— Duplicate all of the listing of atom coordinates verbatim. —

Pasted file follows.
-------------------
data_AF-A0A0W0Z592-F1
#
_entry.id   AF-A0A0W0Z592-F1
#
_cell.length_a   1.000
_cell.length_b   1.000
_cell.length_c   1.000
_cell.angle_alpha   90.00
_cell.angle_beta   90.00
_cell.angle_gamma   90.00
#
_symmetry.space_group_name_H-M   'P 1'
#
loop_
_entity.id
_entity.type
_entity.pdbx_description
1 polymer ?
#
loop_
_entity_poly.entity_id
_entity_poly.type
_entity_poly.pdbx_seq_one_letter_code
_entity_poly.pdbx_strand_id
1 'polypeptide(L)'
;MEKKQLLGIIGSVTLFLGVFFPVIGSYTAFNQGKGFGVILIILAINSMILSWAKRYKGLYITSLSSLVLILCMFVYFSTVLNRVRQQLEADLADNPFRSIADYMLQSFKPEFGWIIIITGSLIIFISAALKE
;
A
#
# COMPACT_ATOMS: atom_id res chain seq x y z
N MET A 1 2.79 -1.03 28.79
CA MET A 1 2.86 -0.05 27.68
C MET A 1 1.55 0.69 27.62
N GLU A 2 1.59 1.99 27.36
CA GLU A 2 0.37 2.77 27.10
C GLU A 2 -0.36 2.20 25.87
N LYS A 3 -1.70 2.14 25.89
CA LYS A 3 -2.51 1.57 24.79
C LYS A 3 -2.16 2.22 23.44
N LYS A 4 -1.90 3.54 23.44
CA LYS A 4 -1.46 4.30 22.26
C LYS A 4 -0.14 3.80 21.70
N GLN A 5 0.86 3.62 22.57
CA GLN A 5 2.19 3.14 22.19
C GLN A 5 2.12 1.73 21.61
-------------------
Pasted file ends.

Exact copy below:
data_AF-A0A0W0Z592-F1
#
_entry.id   AF-A0A0W0Z592-F1
#
_cell.length_a   1.000
_cell.length_b   1.000
_cell.length_c   1.000
_cell.angle_alpha   90.00
_cell.angle_beta   90.00
_cell.angle_gamma   90.00
#
_symmetry.space_group_name_H-M   'P 1'
#
loop_
_entity.id
_entity.type
_entity.pdbx_description
1 polymer ?
#
loop_
_entity_poly.entity_id
_entity_poly.type
_entity_poly.pdbx_seq_one_letter_code
_entity_poly.pdbx_strand_id
1 'polypeptide(L)'
;MEKKQLLGIIGSVTLFLGVFFPVIGSYTAFNQGKGFGVILIILAINSMILSWAKRYKGLYITSLSSLVLILCMFVYFSTVLNRVRQQLEADLADNPFRSIADYMLQSFKPEFGWIIIITGSLIIFISAALKE
;
A
#
# COMPACT_ATOMS: atom_id res chain seq x y z
N MET A 1 2.79 -1.03 28.79
CA MET A 1 2.86 -0.05 27.68
C MET A 1 1.55 0.69 27.62
N GLU A 2 1.59 1.99 27.36
CA GLU A 2 0.37 2.77 27.10
C GLU A 2 -0.36 2.20 25.87
N LYS A 3 -1.70 2.14 25.89
CA LYS A 3 -2.51 1.57 24.79
C LYS A 3 -2.16 2.22 23.44
N LYS A 4 -1.90 3.54 23.44
CA LYS A 4 -1.46 4.30 22.26
C LYS A 4 -0.14 3.80 21.70
N GLN A 5 0.86 3.62 22.57
CA GLN A 5 2.19 3.14 22.19
C GLN A 5 2.12 1.73 21.61